Document Detail

How to read a systematic review and meta-analysis and apply the results to patient care: users' guides to the medical literature.
MedLine Citation:
PMID:  25005654     Owner:  NLM     Status:  MEDLINE    
Clinical decisions should be based on the totality of the best evidence and not the results of individual studies. When clinicians apply the results of a systematic review or meta-analysis to patient care, they should start by evaluating the credibility of the methods of the systematic review, ie, the extent to which these methods have likely protected against misleading results. Credibility depends on whether the review addressed a sensible clinical question; included an exhaustive literature search; demonstrated reproducibility of the selection and assessment of studies; and presented results in a useful manner. For reviews that are sufficiently credible, clinicians must decide on the degree of confidence in the estimates that the evidence warrants (quality of evidence). Confidence depends on the risk of bias in the body of evidence; the precision and consistency of the results; whether the results directly apply to the patient of interest; and the likelihood of reporting bias. Shared decision making requires understanding of the estimates of magnitude of beneficial and harmful effects, and confidence in those estimates.
Mohammad Hassan Murad; Victor M Montori; John P A Ioannidis; Roman Jaeschke; P J Devereaux; Kameshwar Prasad; Ignacio Neumann; Alonso Carrasco-Labra; Thomas Agoritsas; Rose Hatala; Maureen O Meade; Peter Wyer; Deborah J Cook; Gordon Guyatt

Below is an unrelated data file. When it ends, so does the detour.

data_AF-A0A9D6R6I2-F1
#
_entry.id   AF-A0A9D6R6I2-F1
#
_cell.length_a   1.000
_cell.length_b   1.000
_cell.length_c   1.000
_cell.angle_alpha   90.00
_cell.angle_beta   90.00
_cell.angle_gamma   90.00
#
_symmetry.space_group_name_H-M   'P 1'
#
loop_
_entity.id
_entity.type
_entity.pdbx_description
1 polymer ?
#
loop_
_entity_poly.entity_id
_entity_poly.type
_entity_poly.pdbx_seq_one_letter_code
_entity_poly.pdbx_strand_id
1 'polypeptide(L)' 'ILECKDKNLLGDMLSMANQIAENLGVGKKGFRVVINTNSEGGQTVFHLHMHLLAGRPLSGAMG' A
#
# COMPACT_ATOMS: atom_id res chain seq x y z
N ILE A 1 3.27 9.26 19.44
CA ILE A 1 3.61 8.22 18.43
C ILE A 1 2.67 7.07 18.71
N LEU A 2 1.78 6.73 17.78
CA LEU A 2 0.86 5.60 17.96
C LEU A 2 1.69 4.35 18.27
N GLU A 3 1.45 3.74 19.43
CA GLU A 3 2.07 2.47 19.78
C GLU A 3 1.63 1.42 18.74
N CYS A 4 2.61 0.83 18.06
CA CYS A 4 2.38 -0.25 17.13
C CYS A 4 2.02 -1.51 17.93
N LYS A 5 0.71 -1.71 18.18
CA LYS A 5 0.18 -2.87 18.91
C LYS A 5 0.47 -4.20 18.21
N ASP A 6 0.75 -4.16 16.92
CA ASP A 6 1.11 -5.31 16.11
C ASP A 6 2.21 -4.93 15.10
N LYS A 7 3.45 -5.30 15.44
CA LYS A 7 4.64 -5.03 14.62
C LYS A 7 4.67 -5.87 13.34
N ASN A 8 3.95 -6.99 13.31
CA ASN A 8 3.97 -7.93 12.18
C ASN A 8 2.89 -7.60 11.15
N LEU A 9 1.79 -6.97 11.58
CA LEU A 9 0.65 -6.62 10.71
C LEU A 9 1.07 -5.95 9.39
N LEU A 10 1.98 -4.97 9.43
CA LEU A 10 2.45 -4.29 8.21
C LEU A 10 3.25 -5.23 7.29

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Publication Detail:
Type:  Journal Article; Research Support, Non-U.S. Gov't    
Journal Detail:
Title:  JAMA     Volume:  312     ISSN:  1538-3598     ISO Abbreviation:  JAMA     Publication Date:  2014 Jul 
Date Detail:
Created Date:  2014-07-09     Completed Date:  2014-07-16     Revised Date:  2014-09-17    
Medline Journal Info:
Nlm Unique ID:  7501160     Medline TA:  JAMA     Country:  United States    
Other Details:
Languages:  eng     Pagination:  171-9     Citation Subset:  AIM; IM    
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MeSH Terms
Bias (Epidemiology)
Decision Making*
Evidence-Based Practice / methods*
Meta-Analysis as Topic*
Patient Care / standards
Reproducibility of Results
Review Literature as Topic*
Grant Support
//Canadian Institutes of Health Research

From MEDLINE®/PubMed®, a database of the U.S. National Library of Medicine

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